Sierra Santiago demonstrates that art can save lives and can change the world. Sierra’s role throughout the novel is to bring life to the fading murals in her community. These murals are fading because the people that painted them and the spirits within the murals are in danger. Sierra and her friends must believe in the knowledges passed on to them by their elders, the oral histories they have heard, and their own experiences to defeat Wick and the demons that seek to kill them. Sierra’s story is one of resilience and empowerment to which many young peoples can relate. Our murals are fading. Whether those murals be our self-esteems, our power, our unity, or our souls, they fade every time another young black man is killed by a cop, every time another LGBTQIA+ youth commits suicide, every time we experience or witness islamophobia and xenophobia. We fade, too. At the end of the novel, Sierra is able to defeat Wick by embracing her powers, which stem from her family and her culture. She realizes that she is not alone but that she is many at the same time: “She was the shimmering culmination of all her ancestors’ strife, joyfulness, and struggle. She was a radiant child of spirit. She was a hundred different souls vibrating within a single living body” (289). And while we may not have the magic to move spirits from mural to mural to defeat our enemies, we can harness the power and strength that comes from our peoples and our cultures.
Unfortunately, violence in the lives of people of color is not new, but neither is the desire to survive, to be safe, and to be free. There is power in our histories and art is an excellent way to harness that power. I am reminded of the 2013 Academy Award winning documentary, Inocente. The short documentary follows the life of 15-year-old Inocente and her desire to become an artist despite being homeless and undocumented. It is clear throughout the documentary that Inocente faces various oppressions on a daily basis. Aside from being homeless and undocumented, she has a challenging relationship with her mother, struggles with depression, and blames herself for her family’s situation. Inocente is part of an afterschool arts program that allows her to focus her energy on her art. Her paintings gave her opportunities that she did not have before, like an art show, a college scholarship, an apartment, and permanent residency. Inocente’s story is not much different than that of other undocumented youth, with the exception that her life was captured on film, won an Oscar, and the perks that come with it. In other words, our life story may not win us an Academy Award but our art can change lives. Sierra, Nilda, and Inocente show that if all else fails, art can at least give us hope. And hope can be a powerful tool.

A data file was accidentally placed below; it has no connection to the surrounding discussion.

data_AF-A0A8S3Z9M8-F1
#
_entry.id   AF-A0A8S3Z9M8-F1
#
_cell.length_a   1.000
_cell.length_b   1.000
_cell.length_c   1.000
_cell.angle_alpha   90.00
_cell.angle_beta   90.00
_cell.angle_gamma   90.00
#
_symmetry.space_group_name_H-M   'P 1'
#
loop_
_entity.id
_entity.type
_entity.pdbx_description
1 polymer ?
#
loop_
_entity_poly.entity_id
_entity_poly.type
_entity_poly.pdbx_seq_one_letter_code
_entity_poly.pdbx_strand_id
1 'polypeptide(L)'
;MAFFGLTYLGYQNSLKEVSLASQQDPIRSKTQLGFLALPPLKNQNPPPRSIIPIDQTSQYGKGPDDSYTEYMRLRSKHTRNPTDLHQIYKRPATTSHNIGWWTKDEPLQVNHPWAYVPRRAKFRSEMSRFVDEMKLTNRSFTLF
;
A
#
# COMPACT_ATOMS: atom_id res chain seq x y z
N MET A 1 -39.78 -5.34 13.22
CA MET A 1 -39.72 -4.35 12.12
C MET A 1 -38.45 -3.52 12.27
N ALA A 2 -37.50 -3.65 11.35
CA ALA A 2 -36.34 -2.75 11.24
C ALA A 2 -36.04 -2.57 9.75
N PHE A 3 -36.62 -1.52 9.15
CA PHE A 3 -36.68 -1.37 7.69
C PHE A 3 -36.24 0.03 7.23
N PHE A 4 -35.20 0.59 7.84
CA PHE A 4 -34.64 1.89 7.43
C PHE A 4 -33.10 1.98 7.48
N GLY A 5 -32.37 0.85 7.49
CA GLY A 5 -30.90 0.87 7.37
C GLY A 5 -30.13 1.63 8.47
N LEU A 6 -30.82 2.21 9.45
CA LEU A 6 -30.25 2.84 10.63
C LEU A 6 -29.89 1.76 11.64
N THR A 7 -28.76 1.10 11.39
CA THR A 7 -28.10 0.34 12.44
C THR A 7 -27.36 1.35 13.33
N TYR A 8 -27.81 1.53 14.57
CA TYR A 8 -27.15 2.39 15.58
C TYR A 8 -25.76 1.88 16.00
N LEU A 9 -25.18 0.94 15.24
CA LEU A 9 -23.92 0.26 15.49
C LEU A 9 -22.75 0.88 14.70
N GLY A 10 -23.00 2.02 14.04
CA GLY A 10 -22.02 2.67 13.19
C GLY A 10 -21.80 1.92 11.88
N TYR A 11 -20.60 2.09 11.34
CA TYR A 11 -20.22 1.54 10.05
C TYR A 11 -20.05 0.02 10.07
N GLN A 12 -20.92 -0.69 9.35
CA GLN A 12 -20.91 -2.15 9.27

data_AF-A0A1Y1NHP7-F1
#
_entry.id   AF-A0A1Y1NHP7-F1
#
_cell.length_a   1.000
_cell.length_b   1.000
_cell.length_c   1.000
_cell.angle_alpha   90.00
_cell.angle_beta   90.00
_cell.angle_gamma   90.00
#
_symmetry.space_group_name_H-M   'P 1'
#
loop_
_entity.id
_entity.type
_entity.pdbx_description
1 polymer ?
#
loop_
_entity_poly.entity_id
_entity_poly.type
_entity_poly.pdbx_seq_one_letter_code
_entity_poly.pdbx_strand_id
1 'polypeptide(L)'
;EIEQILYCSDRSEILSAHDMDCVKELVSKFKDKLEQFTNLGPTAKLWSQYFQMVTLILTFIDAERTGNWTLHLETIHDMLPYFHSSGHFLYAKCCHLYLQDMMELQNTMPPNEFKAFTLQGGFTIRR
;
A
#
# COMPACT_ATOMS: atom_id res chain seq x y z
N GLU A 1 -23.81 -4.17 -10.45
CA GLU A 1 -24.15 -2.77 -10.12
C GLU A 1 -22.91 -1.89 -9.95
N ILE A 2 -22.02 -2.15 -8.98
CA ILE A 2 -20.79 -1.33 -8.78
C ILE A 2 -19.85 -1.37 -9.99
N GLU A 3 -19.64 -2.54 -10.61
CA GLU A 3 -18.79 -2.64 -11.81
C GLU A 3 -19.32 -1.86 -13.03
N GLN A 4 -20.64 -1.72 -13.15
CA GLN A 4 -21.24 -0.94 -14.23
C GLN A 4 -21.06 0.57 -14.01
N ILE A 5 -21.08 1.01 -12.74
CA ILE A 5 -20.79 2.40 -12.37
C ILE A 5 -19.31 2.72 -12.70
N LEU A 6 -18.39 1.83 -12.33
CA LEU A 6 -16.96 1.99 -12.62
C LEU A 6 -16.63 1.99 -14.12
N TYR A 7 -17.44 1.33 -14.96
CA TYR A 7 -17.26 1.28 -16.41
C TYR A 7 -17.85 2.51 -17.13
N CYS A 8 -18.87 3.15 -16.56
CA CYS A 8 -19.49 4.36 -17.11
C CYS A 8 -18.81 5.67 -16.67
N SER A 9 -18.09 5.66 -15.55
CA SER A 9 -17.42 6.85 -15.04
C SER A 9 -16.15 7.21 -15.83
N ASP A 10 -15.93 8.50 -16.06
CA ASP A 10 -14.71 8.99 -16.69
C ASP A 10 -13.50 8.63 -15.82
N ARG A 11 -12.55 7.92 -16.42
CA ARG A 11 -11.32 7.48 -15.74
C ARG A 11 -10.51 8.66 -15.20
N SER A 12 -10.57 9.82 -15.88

So how, then, do we find healing in turbulent times? Or how do we find safety when there seems to be none? And how to we find empowerment when we are so often disempowered? One way to do it is through art. In embracing art, we are forced to look inward, to react, and to take action. We must find our inner shadowshaper, and we must paint dragons on the sides of buildings because they could save our lives one day.
Dr. Sonia Alejandra Rodriguez received her PhD in English from the University of California Riverside. Her research focuses on the various roles that healing plays in Latina/o children’s and young adult literature. She currently teaches composition and literature at a community college in Chicago. She is also teaches poetry as a teaching artist through a local arts organization. She is working on her first children’s picture book